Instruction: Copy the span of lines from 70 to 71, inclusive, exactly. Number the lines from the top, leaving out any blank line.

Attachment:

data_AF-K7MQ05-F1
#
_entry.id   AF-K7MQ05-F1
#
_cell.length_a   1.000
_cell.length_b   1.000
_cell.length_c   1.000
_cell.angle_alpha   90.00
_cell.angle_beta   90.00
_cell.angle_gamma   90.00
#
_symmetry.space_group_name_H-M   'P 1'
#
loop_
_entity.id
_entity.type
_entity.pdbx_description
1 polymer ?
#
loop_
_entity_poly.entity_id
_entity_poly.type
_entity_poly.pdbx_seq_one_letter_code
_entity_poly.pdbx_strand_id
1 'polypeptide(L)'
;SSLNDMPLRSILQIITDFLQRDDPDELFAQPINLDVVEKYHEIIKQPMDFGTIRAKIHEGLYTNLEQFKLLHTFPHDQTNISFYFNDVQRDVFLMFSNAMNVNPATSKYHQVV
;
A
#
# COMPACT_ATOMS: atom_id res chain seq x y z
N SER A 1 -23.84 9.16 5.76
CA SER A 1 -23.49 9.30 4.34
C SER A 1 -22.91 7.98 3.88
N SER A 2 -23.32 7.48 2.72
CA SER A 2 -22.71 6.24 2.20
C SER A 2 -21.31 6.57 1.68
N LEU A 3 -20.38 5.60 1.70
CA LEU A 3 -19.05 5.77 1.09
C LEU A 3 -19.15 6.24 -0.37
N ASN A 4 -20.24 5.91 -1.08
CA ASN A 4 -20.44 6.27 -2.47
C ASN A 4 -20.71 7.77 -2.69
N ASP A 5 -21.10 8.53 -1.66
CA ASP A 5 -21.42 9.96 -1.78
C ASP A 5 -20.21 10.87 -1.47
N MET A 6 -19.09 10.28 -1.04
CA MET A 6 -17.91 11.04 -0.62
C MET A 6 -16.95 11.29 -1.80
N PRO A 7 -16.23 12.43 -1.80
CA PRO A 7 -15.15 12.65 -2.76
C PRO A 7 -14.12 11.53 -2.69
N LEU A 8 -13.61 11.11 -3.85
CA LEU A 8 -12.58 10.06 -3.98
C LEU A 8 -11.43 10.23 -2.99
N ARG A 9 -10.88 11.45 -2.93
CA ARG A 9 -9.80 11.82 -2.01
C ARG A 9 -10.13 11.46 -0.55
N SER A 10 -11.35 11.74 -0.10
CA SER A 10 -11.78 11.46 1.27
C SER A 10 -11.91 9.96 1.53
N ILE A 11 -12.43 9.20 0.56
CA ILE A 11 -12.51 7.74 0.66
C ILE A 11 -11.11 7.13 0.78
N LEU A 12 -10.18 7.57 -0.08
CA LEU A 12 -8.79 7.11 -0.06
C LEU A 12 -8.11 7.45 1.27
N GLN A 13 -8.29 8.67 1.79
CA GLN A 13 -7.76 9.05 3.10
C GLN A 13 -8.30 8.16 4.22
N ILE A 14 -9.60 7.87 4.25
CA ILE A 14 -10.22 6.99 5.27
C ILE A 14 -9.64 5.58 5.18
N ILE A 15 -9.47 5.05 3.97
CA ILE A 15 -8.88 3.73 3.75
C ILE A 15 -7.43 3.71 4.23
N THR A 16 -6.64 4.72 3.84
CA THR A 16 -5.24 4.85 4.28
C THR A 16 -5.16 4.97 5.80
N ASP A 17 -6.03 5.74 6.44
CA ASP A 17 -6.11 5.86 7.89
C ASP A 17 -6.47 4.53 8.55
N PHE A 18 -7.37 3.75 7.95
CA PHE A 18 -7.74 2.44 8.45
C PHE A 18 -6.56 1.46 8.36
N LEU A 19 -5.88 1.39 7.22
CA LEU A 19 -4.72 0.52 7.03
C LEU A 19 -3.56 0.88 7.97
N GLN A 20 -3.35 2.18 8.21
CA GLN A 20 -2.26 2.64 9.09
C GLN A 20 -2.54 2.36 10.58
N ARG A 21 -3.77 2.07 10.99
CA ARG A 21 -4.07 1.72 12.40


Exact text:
N ILE A 14 -9.60 7.87 4.25
CA ILE A 14 -10.22 6.99 5.27